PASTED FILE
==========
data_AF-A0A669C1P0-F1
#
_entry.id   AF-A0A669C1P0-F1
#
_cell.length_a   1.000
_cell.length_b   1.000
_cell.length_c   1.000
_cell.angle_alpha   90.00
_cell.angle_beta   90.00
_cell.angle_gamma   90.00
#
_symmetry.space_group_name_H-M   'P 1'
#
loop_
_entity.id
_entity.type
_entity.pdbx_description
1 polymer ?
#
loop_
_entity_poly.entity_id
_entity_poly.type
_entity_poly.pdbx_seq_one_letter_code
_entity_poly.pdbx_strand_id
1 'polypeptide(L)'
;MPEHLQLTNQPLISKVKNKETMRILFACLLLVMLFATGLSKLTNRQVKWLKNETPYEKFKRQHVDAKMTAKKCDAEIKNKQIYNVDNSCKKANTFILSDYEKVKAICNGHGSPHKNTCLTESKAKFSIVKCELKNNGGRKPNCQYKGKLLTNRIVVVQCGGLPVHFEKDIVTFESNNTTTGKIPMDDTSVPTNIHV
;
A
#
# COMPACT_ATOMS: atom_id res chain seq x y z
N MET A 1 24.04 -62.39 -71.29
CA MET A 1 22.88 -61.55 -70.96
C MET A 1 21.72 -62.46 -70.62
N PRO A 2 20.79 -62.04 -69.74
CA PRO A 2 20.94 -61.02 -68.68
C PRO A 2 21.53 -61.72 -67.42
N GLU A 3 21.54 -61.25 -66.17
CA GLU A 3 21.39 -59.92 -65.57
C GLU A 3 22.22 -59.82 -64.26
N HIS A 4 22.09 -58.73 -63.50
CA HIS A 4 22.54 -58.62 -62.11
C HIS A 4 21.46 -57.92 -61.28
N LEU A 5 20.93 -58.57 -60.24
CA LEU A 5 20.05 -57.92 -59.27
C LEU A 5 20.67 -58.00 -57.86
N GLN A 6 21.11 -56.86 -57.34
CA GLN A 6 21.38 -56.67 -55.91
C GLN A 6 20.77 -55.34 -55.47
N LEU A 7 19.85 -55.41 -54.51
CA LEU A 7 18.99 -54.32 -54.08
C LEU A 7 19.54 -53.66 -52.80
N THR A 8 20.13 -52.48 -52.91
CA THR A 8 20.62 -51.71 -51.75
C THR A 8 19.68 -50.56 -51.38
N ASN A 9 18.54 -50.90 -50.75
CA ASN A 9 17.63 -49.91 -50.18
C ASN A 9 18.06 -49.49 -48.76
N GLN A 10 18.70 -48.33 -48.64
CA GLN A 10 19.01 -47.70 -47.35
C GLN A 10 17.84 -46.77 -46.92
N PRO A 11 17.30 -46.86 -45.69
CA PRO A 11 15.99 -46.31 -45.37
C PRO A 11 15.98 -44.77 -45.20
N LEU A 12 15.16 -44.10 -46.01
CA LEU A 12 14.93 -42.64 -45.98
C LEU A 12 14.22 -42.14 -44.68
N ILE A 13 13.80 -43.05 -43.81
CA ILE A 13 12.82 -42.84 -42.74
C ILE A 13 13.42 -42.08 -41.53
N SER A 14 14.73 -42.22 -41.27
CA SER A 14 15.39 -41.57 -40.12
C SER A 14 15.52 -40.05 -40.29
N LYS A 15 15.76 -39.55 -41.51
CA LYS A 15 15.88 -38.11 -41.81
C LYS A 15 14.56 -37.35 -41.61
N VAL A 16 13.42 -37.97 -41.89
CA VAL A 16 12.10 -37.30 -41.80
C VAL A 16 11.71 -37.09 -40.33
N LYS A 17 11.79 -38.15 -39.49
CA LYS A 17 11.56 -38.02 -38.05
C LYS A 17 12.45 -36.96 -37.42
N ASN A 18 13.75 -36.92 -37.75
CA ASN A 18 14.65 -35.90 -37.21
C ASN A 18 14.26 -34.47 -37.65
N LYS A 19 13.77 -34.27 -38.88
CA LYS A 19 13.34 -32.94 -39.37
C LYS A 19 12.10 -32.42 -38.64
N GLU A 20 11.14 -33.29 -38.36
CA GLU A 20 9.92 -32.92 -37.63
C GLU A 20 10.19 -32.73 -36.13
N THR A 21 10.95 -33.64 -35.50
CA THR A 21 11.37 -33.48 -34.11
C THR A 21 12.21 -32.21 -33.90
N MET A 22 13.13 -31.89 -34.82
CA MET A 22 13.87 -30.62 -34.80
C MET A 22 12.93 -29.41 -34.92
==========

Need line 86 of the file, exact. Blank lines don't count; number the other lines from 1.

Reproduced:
CA LYS A 19 13.34 -32.94 -39.37